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Christmas And Pets
Tips and tricks to making
Christmas safe and fun
for pets.

20 Holiday Pet Safety Rules

  1. Anticipate your guest's arrivals and confine your dog to preventt it from escaping and possibly getting into trouble. You should also set aside a room for your dog to go during parties, because too much excitement or stress can cause stomach upset. Once the dog is calm, you can release it and introduce it to your guests.
  2. Don't leave any medicines on tables, chairs, or in open cabinets. Tell guests who must take medicine at a certain time, to not leave the medicine laying around for any reason.
  3. Reduce your dog's stress by maintaining its regular feeding and exercise routine.
  4. Place mystery packages out of reach. Dogs who smell food in a package are known to rip it open. Remember that food is the number one holiday hazard for dogs. The greasy and fatty foods that we eat can cause big trouble on an animal's intestines.
  5. Tell guests not to give your dog food from the dinner table. Remember that poultry skin, fat trimmings, rich gravies, and buttery sauces can cause sever vomiting, diarrhea, or even worse, a life threatening inflammation of the pancreas.
  6. Keep alcohol away from your animals. An ounce of an alcoholic beverage can put a small dog into a coma.
  7. Stow chocolate candy or baking ingredients out of reach. Chocolate is the most common toxicity treat during the holidays. Small amounts cause vomiting and diarrhea. Larger amounts can cause above normal heart rhythms, nervous system malfunctions, and even death.
  8. Secure your garbage in bins with tight lids. A dog can chew up holiday throwaway's which can result in intestinal perforation and/or obstruction.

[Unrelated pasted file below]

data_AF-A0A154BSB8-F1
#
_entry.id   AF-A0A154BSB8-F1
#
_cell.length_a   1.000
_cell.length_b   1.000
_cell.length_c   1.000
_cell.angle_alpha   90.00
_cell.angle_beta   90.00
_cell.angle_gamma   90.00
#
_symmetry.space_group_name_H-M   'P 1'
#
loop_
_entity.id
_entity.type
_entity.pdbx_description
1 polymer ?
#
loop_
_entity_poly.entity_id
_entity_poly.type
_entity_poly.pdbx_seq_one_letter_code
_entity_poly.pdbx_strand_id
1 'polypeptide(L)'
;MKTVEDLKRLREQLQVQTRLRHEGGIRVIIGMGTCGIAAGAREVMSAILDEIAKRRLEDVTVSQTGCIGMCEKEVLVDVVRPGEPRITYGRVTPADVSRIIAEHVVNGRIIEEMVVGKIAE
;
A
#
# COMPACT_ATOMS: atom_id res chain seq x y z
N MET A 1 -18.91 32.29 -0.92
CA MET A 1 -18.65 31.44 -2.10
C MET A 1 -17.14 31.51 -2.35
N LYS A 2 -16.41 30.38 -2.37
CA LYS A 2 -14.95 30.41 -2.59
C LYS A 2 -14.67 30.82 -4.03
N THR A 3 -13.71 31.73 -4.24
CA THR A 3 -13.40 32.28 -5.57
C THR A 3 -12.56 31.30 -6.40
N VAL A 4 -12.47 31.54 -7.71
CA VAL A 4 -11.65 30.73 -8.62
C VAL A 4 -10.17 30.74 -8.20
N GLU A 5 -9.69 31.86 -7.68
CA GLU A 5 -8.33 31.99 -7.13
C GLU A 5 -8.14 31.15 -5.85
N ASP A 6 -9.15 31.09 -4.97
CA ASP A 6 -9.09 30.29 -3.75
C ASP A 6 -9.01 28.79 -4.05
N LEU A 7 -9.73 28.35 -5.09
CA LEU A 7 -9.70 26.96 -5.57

9. Buy only decorating products (tree water preservatives and artificial snow) that are labeled non-toxic.
  10. Put away children's toys after they are opened. Ingested toys can cause choking and intestinal blockage, and must usually be removed through surgery.
  11. Secure large trees to the wall to prevent tipping.
  12. Stomach upsets can be caused by popcorn and gumdrops, so avoid using these strings of edible decorations.
  13. Fasten all your tree decorations securely, with the more fragile ones towards the top. Dogs who chew these can suffer cuts in their mouth.
  14. Return paper and other gift wrapping materials to their storage places after gift wrapping is finished.
  15. When doing crafts for yourself or with the kids, make sure all paints and other toxic or dangerous materials are out of reach and swept/mopped up immediately after your are done.
  16. Place holiday plants out of reach and vacuum often. Poinsettia can cause drooling, oral pain, and vomiting. Mistletoe causes vomiting, labored breathing, shock, and death from cardiovascular collapse. When animals eat the needles from real or fake trees, they can also get intestinal blockage.
  17. Display candles on highshelf'ss to avoid painful burns and singed whiskers.
  18. Make sure that cords are tucked out of reach. Better yet, keep all electric cords covered by a chew-proof guard. Puppies and kittens will chew on anything andelectrocutionn can occur.
  19. Include your pets in any fire/disaster safety program you have in place for your home. For tips on how to do this check out the American Red Cross.
  20. Bring in your pets when the temperature reaches 30 degrees with thewind chilll. Dogs and cats can get frost bitten ears, nose and feet if left outside. Chemicals used to melt snow on sidewalks can irritate petsí paws. Do not use this product where your animals dwells outside. Read more aboutwinterizingg pets (horses too) at the American Humane Association.

Need some gift ideas for your pet? Check out this list of Present Ideas For Pets

Be sure to check out our online resources for Christmas Pets. You'll find holiday safety, toy stores and gift giving web sites for pets.

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